Investors have been waiting for Starbucks Corporation (NASDAQ:SBUX) stock to break out of its tight trading range for about three years now. It’s finally happened, but Starbucks stock didn’t move in the direction shareholders were hoping.
Instead, SBUX plunged last week, falling 9% after cutting expectations for its fiscal third quarter and the full fiscal year. The company is closing 150 underperforming stores in the U.S. as well.
After the plunge, Starbucks stock now trades at at its lowest levels in almost three years.
There’s a case that the decline represents a buying opportunity. On this site, Nicholas Chahine made that argument, and recommended selling puts on Starbucks stock.
While I see the logic of a hedged entry into Starbucks, I’m more inclined to agree with James Brumley, who cited real risks to Starbucks’ long-term growth.
Indeed, I’ve been skeptical toward Starbucks stock for some time – and a 10% pullback doesn’t change the argument here.
Growth is decelerating, the opportunity in China looks tenuous, and Starbucks stock still isn’t that cheap. Indeed, Starbucks still is priced for growth – but management itself seems to be signaling that growth is at or near an end.
The core issue here is that Starbucks stock still is priced for a reasonable amount of growth. At Monday’s close near $51, Starbucks still trades at 21x the midpoint of updated FY18 EPS guidance of $2.39-$2.43.
But the question is the same as it was in April, and last September, and indeed for the past three years: from where is that growth coming?
Global comparable-store sales growth is decelerating to 3% or so, including a ~1% print in Q3. In the US, the news may be even worse.
There’s essentially zero room left for expansion: net store growth is guided to roughly 3% next year, down from 6% last year.
And just as is happening everywhere else in the consumer industry, whether in restaurants, retail, or consumer products manufacturers, customers increasingly are choosing small, local, and unique.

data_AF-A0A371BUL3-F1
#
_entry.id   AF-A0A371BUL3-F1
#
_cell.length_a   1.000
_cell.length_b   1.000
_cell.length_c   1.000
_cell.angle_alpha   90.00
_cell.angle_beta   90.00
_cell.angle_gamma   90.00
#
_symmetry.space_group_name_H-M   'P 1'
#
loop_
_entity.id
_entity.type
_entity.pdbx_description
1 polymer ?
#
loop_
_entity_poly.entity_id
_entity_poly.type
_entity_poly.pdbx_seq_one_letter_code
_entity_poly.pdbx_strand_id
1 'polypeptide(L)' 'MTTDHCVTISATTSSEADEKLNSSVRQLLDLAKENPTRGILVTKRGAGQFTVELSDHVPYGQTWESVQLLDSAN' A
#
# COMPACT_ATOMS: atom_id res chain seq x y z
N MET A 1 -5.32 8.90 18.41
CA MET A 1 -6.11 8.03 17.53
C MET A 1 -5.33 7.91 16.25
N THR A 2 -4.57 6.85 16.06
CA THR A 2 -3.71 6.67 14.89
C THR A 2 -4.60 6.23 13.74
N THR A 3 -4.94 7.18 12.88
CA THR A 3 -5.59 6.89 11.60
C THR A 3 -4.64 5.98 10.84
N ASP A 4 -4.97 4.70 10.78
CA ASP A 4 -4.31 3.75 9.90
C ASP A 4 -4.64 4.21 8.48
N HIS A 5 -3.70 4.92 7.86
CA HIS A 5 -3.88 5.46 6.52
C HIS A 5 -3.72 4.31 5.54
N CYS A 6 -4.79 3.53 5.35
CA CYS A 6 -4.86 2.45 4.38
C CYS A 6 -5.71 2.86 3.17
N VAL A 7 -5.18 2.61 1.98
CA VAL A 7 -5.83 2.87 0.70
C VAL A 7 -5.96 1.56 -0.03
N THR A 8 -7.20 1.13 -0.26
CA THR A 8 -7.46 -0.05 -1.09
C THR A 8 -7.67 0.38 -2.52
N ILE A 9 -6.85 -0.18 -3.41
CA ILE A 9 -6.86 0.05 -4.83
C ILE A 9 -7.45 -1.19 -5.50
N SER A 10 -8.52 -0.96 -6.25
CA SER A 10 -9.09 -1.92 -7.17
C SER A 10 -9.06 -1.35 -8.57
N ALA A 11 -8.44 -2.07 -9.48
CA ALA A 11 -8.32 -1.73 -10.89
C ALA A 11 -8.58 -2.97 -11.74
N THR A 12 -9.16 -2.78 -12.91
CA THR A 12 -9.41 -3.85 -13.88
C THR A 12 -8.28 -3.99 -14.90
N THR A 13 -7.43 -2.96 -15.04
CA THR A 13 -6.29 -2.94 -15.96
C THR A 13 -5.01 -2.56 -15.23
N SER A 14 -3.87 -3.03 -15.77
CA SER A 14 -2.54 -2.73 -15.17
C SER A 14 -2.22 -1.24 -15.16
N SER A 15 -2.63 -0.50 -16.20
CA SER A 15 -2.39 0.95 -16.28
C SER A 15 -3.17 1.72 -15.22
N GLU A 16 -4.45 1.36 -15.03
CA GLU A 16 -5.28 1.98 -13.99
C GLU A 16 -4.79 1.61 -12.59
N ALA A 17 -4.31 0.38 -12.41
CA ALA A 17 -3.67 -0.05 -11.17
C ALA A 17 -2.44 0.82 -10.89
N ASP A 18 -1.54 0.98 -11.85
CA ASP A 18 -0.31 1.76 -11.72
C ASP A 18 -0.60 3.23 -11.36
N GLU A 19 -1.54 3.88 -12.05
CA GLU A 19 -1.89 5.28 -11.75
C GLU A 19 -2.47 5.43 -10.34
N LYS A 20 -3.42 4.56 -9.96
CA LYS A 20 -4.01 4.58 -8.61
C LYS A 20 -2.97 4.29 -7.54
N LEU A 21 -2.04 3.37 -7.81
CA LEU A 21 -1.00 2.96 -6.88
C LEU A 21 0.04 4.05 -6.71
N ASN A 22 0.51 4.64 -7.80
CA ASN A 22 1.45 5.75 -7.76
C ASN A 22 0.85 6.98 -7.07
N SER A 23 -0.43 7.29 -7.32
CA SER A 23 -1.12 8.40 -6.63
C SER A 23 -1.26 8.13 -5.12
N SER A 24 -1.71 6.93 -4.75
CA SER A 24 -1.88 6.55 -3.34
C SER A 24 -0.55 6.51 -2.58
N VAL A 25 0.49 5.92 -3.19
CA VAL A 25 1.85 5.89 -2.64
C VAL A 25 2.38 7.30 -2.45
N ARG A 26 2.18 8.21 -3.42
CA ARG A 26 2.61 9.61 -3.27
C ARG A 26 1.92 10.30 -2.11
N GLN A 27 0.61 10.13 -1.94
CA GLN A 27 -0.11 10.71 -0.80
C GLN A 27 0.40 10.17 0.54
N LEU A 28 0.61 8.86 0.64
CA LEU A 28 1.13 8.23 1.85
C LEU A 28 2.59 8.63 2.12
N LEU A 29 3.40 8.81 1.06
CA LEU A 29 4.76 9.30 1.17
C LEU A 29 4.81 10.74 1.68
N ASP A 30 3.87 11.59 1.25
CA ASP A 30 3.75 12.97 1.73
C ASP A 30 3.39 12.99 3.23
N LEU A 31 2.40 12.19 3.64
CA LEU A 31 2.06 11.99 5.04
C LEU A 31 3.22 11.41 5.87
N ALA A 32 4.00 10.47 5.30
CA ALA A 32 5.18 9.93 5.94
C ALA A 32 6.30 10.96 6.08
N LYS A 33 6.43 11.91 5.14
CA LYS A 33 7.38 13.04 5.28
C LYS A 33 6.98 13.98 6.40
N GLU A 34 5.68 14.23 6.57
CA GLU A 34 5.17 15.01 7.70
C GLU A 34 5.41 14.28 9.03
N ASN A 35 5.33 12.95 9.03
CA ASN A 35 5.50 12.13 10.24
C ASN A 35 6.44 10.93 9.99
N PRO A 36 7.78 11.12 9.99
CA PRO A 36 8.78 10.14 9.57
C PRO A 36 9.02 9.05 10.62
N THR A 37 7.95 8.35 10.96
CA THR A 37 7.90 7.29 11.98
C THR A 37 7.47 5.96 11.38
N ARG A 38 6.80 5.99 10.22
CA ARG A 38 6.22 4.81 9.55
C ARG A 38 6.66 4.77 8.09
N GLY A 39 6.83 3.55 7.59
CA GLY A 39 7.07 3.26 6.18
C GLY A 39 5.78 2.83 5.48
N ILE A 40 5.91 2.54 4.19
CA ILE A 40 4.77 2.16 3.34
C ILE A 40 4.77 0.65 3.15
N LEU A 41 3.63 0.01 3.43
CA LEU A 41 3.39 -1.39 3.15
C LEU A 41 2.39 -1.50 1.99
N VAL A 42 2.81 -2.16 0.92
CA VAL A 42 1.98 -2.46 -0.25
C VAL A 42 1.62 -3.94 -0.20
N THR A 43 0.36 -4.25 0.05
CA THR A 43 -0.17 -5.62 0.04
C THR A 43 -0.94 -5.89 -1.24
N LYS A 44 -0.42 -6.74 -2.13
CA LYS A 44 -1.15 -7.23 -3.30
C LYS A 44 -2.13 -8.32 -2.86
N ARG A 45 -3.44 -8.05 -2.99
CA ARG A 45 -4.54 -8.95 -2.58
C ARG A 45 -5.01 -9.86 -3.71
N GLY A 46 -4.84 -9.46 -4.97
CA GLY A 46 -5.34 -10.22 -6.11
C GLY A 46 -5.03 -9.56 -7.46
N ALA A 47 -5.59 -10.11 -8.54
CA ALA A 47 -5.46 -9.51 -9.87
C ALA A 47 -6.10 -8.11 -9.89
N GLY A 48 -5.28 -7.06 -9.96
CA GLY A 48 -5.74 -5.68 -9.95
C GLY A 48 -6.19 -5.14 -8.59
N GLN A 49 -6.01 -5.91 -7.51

Add to that pressure in sugary drinks like frappucinos, and there are multiple headwinds toward the U.S. business.
And so that leaves Asia. The company bought out its joint venture partner in Japan in 2014, and did the same in China last year.
Almost a quarter of the company’s stores are located in China and that figure only is going to rise.
For the company as a whole to increase profit enough to support the current price, China needs to be a big growth driver and in fact the big growth driver. Right now, that looks like a huge problem.
The China Problem
Starbucks said last week that it was planning to accelerate its store opening strategy in China, targeting 6,000 stores by fiscal 2022, up from 3,070 at the end of last year.
That likely would mean the market easily would account for one-third of the company’s global footprint.
Starbucks believes in a huge long-term opportunity. A growing middle class should support Starbucks traffic.
The average Chinese adult drinks one-half cup of coffee per year, according to company figures, against ~300 cups annually in the U.S. But in the near- to mid-term, there are a number of obvious challenges.
A trade war could pressure growth in the country, as Will Ashworth pointed out, whether through government intervention or rising anti-American sentiment. Same-store sales have been solid – but slowed markedly in fiscal Q3.
Even the 4% level seen in the first half of the year isn’t that great, considering margin pressure and weakness elsewhere in the portfolio.
Again, this is a stock trading at 21x EPS – and one still pricing in the company’s long-term targets of 3-5% global comp growth.
That figure isn’t going to be hit if the US is stagnant and China is growing 3-4%. Growth has to accelerate – but it’s not clear how that will happen.
Starbucks Stock and Management
It’s worth noting as well that Starbucks management isn’t acting as if there’s a ton of growth left here.
It has shut down the online store. The packaged goods business has been sold to Nestle (OTCMKTS:NSRGY). And Starbucks is pouring ever-greater amount of capital into shareholder returns rather than growing the business.
That’s not necessarily a poor strategy. Starbucks’ dividend yield now is nearing 3% after another hike to 36 cents quarterly. Buybacks could boost EPS and provide some demand for the stock over the next few years.
But it’s also a strategy that befits a mature company. The decision to ramp up shareholder returns is an admission by management that the cash is better utilized by shareholders than by Starbucks itself.
In essence, it’s a sign that even Starbucks itself knows its growth phase is nearing the end. And if that’s the case, I’m not sure why investors should pay an above-market multiple for Starbucks stock.
As of this writing, Vince Martin has no positions in any securities mentioned.